(Bloomberg) -- The Indian central bank will require lenders to disclose climate finance risks starting in April 2025 and to meet certain climate targets beginning in 2027.   

“Inadequate information about climate-related financial risks can lead to mispricing of assets and misallocation of capital by them,” the Reserve Bank of India said in the proposed requirements for a “better, consistent and comparable disclosure framework” for banks and large non-bank financial companies. 

The central bank in 2022 had suggested disclosures could be voluntary, but the latest draft makes them mandatory. India was the last among the world’s biggest economies to set a target for net zero emissions, which it has said it will achieve by 2070. 

Rajiv Anand, deputy managing director of Axis Bank, said that the lender welcomes the choice to enforce previously optional efforts to manage climate risks. “One positive measure is the clear distinction between baseline disclosures that are mandatory and enhanced disclosures which are optional,” he said. 

Mandating challenging targets such as monitoring emissions spanning the entire value chain, known as scope 3, would require “significant sector-wide harmonisation without which they may not be comparable by users of such statements, and hence not meaningful.”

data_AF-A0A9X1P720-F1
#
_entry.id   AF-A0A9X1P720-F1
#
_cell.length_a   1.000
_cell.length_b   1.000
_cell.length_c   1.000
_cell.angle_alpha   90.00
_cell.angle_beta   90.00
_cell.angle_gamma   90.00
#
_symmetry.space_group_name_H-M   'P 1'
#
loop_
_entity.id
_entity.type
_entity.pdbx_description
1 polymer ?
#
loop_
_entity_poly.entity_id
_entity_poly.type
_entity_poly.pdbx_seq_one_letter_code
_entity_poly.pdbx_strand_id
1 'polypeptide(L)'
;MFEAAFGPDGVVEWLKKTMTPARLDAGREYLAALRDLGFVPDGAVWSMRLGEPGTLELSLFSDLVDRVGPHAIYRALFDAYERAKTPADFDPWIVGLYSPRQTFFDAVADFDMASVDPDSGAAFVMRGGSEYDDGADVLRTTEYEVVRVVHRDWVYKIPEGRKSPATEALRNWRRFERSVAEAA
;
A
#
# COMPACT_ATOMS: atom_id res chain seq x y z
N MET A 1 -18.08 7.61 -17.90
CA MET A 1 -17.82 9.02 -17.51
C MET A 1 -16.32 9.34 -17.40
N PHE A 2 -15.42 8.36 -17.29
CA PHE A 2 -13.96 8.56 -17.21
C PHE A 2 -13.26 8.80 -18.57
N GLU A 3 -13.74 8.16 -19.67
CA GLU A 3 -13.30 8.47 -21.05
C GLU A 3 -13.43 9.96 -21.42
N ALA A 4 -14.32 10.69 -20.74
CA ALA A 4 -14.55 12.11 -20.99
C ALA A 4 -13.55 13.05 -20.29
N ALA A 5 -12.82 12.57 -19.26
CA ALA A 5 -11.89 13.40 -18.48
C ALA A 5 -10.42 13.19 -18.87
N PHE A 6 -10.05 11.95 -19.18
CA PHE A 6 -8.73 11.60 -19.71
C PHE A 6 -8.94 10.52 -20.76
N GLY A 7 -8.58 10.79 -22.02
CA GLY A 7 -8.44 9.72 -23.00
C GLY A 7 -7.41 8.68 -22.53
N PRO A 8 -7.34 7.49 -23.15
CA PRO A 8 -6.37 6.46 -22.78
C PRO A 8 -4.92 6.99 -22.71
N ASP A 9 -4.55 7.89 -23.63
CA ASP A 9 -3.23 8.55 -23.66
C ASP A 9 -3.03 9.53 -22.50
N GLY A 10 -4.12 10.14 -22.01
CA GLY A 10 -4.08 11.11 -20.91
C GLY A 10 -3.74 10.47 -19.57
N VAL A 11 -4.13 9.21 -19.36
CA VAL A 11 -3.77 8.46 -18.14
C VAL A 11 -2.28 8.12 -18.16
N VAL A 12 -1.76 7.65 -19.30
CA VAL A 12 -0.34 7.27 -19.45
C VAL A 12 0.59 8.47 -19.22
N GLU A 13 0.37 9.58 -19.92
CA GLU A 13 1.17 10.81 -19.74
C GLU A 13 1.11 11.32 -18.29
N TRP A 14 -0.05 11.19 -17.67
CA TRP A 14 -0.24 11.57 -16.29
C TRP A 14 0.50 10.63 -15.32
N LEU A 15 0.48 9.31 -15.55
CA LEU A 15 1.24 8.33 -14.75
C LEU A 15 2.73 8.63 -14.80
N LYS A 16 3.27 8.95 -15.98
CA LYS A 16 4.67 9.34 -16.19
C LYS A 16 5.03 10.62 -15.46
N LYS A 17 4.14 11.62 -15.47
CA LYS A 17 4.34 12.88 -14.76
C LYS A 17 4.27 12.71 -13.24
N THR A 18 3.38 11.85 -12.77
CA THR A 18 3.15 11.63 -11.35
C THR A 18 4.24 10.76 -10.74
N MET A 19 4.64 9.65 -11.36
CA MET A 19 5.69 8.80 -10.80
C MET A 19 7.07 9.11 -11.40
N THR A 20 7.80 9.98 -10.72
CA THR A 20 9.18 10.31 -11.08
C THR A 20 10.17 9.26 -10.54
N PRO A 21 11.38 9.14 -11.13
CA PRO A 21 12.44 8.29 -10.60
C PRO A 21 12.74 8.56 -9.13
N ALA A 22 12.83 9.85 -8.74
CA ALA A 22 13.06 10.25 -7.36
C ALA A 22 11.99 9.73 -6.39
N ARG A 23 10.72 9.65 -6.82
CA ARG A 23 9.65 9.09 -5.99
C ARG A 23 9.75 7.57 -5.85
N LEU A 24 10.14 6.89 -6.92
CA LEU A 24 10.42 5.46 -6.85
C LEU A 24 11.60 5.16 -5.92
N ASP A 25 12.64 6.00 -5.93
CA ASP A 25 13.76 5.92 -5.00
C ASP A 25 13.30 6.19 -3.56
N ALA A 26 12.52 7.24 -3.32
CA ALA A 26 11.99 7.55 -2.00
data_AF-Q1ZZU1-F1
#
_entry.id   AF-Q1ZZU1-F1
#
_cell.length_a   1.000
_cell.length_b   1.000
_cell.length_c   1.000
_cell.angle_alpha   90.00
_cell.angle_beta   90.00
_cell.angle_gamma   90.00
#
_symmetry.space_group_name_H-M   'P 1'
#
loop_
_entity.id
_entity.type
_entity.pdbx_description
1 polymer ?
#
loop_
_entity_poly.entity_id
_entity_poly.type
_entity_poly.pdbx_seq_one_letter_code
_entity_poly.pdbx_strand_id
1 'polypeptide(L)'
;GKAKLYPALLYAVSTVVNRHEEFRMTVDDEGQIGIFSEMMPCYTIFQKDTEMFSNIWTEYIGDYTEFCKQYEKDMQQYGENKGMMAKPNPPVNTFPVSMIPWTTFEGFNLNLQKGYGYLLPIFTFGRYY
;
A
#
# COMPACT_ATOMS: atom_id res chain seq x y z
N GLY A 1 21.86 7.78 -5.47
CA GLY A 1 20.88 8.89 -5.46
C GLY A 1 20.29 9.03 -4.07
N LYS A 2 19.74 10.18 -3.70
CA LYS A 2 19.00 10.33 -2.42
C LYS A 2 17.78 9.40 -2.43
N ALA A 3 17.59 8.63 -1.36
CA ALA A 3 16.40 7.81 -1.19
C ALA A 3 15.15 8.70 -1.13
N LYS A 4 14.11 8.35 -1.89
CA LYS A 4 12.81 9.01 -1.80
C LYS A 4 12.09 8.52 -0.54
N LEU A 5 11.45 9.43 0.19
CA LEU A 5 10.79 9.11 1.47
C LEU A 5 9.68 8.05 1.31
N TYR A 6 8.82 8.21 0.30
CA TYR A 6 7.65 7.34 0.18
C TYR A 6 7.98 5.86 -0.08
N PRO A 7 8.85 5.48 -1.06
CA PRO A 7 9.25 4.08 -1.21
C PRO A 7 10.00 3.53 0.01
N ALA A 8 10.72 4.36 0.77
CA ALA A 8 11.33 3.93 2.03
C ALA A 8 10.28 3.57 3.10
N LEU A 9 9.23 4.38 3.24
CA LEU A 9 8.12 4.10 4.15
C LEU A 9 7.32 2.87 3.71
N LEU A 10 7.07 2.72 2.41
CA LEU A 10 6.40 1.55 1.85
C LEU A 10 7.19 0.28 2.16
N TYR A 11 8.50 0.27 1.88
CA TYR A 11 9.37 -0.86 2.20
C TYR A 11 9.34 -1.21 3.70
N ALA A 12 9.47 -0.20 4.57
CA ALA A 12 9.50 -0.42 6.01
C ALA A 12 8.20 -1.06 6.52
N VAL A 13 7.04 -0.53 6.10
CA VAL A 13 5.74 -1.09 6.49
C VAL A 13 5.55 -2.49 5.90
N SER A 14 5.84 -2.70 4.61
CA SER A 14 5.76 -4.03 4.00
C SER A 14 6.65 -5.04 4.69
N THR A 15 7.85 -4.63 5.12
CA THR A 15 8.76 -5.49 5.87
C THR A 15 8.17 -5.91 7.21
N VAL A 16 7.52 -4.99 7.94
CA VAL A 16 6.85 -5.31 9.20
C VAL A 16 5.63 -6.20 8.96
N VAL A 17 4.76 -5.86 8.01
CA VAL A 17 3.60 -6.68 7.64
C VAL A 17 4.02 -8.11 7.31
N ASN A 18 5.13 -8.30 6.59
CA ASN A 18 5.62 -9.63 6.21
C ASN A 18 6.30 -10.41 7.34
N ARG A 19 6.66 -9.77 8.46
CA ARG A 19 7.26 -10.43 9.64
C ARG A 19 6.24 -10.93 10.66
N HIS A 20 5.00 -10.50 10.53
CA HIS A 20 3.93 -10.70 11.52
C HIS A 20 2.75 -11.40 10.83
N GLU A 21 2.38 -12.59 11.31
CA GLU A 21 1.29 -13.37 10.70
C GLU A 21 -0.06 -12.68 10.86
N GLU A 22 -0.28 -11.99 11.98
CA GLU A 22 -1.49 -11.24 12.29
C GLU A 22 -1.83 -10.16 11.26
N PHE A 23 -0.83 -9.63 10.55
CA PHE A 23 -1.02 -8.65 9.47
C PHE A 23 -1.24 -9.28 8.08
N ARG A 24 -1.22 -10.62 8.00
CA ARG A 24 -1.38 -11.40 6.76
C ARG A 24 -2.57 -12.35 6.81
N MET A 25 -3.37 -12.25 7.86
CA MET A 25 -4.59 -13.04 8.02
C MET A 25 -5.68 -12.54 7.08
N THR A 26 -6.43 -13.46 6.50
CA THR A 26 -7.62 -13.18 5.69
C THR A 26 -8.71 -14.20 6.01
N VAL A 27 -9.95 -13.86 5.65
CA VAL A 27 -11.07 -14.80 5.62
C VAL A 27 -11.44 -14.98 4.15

The RBI listed several categories of disclosures, including the party responsible for climate-related issues, processes in place to assess and manage risks, and how such risks could affect the performance of the financial institution. Lenders will have to disclose the impacts of various climate scenarios over the short, medium and long term. 

The mandatory climate targets from financial year 2027-28 will have to be fixed by the banks and will include “information about the performance against each climate-related target and an analysis of trends or changes in the regulated entity’s performance.”

The required disclosures “will support shifting of credit toward green financing to meet India’s climate finance gaps,” said Dhruba Purkayastha, India director for Climate Policy Initiative, which called on the banking system to also measure its financed emissions.

The banks are also free to disclose information beyond what’s required, the RBI said in its draft. 

--With assistance from Lou Del Bello and Saikat Das.

(Update in paragraphs four and five with comment from Axis Bank’s Rajiv Anand)

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